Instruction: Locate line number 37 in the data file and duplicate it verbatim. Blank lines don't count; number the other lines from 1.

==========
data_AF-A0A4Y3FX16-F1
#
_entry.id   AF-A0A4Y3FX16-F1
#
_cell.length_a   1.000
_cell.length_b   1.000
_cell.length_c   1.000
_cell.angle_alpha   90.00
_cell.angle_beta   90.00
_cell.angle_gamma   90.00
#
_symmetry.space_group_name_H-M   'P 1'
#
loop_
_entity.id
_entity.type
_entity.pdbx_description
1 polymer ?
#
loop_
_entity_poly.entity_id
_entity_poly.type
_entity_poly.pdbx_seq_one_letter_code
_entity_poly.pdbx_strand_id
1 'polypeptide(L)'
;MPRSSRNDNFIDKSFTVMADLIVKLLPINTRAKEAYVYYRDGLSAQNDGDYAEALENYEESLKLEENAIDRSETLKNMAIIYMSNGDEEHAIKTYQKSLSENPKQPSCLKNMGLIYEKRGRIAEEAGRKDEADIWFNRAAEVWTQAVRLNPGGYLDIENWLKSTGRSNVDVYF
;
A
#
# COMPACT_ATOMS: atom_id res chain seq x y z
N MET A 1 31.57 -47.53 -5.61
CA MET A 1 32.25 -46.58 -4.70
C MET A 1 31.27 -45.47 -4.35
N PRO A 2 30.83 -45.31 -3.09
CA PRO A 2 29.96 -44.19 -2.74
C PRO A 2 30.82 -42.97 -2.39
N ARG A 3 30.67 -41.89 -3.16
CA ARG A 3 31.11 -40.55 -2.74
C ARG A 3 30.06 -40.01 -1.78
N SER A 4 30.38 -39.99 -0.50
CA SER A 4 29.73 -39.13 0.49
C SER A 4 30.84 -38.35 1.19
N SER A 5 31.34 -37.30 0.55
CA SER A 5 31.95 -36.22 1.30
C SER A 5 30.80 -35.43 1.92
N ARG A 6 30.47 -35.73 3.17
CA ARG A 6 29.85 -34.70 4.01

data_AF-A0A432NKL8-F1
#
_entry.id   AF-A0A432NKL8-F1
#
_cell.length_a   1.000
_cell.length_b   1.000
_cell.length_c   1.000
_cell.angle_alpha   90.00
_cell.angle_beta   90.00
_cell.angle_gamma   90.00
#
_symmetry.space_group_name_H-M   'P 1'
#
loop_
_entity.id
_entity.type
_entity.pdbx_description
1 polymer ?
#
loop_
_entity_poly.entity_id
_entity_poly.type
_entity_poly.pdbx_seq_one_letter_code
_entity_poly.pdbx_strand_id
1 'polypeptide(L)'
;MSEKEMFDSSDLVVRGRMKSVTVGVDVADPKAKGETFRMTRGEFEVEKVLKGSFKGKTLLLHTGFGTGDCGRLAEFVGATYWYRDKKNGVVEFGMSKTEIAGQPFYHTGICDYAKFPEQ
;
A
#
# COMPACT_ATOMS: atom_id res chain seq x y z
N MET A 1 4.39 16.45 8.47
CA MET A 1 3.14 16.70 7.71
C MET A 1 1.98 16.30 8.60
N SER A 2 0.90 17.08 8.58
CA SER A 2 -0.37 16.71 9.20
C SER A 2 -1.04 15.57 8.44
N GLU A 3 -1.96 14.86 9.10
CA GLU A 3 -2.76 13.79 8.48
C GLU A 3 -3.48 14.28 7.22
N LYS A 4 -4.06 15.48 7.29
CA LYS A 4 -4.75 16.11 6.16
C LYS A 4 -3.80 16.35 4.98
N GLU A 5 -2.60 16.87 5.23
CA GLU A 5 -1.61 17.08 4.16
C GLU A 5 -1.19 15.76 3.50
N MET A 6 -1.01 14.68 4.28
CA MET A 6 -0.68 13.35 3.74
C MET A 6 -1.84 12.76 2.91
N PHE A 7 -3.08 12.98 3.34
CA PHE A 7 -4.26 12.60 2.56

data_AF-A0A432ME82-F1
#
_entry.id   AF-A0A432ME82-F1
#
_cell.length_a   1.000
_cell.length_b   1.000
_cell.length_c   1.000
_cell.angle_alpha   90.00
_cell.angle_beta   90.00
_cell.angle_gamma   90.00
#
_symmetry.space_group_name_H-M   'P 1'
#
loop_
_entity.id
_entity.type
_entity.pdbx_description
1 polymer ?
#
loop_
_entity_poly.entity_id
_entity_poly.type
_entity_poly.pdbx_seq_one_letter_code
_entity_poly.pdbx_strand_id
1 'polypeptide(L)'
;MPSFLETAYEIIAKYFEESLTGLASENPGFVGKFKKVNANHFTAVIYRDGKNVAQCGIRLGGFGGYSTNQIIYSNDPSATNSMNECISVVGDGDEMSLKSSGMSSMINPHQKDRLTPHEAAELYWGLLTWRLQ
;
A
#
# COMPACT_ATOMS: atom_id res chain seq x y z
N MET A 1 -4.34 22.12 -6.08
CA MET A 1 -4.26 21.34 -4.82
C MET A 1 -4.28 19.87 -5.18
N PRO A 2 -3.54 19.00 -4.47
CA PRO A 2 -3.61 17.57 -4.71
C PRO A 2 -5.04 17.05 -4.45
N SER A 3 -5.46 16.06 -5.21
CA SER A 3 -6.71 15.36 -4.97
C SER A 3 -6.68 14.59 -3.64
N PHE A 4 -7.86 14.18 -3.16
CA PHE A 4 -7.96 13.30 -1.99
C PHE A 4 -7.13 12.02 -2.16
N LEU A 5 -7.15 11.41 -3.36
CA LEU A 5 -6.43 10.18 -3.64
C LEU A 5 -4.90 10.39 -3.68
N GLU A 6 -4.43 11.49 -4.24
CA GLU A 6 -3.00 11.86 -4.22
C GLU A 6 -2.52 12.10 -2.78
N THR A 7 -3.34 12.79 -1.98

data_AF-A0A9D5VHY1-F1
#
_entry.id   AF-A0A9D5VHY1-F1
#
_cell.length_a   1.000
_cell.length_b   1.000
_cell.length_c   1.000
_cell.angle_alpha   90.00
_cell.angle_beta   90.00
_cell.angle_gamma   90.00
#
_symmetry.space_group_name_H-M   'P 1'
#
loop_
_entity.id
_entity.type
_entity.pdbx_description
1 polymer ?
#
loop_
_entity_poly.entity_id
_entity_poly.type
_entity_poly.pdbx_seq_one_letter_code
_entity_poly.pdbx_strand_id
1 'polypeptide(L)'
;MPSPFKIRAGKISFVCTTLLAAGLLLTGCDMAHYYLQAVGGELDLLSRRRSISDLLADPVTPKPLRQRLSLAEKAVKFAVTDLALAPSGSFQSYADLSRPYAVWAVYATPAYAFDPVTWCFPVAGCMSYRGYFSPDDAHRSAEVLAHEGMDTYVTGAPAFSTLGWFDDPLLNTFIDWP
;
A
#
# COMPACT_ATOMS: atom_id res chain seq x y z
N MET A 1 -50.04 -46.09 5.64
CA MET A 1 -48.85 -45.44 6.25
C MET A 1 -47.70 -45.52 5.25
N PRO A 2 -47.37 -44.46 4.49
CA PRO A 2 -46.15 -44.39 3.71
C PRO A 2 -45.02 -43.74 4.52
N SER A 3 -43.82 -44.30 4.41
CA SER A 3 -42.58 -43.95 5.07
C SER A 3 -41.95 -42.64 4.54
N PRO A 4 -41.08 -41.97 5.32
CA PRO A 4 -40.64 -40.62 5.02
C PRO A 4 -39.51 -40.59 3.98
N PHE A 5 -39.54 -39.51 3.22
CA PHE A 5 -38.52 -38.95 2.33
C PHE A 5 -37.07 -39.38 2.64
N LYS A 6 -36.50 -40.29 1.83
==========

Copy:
N ARG A 3 30.67 -41.89 -3.16